I ended up discussing the many useful applications of virtual reality with two charming representatives of an engineering company, before considering the complexities of language and translation with a delegation from Grenoble, France. Grenoble is one of Oxford's 'twin towns', and our French visitors were on a mission to discover new ways to make the most of this pairing. The variety of interests, expertise and backgrounds ensured that the discussions were far removed from what you would normally expect from a networking event, and the reception was so much the better for it.

Dr Dane Comerford, the festival's director, told me that the choice to have a fully vegetarian menu was a deliberate one, in keeping with the scientific theme, given the overwhelming body of research suggesting that meat consumption is terrible for the planet. The intention was to demonstrate that a meat-free three-course meal can be just as luxurious as its carnivorous equivalent, and it certainly succeeded. The starter was a blue cheese soufflé, twice-baked for extra crispiness, accompanied by a poached pear with a pickled walnut dressing. These looked very pretty on the plate and were even more delightful to eat, with the strong saltiness of the blue cheese softened by the sweetness of the pear so that the balance of flavour was just right.

The wild mushroom roulade was also fantastic, proving just as hearty as a pie or roast, without the guilt. I couldn't quite taste the shallot in the dressing as much as I would have liked, but this is a minor quibble: the overall effect was impressive and filling. The chefs clearly saved the best for last, however, with a dessert that was simply stunning: a delicious medley of different appley elements all combining magnificently. The apple sorbet was particularly interesting - you could almost pick out the variety of apple just from the taste - as was the almost toffee-like seed florentine (about which I had been a bit perturbed when I saw it on the menu!). Based on this experience of vegetarian fine dining, I would console meat-eaters that giving up their carbon heavy steaks will open a world of culinary possibilities.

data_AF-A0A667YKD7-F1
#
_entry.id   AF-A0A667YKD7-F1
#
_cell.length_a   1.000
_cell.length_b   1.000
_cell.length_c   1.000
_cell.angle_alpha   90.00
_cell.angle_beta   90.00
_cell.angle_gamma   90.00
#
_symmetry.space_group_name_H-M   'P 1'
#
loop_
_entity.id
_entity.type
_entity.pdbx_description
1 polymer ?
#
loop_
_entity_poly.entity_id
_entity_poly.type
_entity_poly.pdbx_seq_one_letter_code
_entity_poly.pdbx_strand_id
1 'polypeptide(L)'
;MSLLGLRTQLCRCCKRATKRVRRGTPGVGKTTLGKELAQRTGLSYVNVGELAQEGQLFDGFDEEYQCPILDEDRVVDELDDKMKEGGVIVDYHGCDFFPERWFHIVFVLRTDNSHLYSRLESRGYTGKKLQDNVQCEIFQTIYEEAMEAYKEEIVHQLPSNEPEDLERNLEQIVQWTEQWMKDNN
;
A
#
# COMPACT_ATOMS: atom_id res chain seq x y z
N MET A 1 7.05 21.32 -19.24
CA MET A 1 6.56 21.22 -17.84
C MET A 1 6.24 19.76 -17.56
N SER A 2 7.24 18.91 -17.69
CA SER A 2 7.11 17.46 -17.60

Professor Peter Millican in something of a legend amongst Oxford's philosophy undergraduates, renowned for his lively and engaging lectures, so I was looking forward to hearing him speak, even though I didn't know what the topic would be. He did not disappoint, covering in an astonishingly brief (yet somehow detailed) manner a few hundred years of scientific revolutions dramatically changing how humans understood the world, different philosophical arguments about identity, and whether artificial intelligence can be considered conscious. In case that last one alarms the reader, don't worry! Prof Millican reiterated that it can't.

The post dinner discussion provided an inspiring and enlivening aspect to a truly special occasion, and if this event can be seen as a microcosm of the festival itself then I would urge you not to miss it: it runs until this 22nd October and intends to return next year.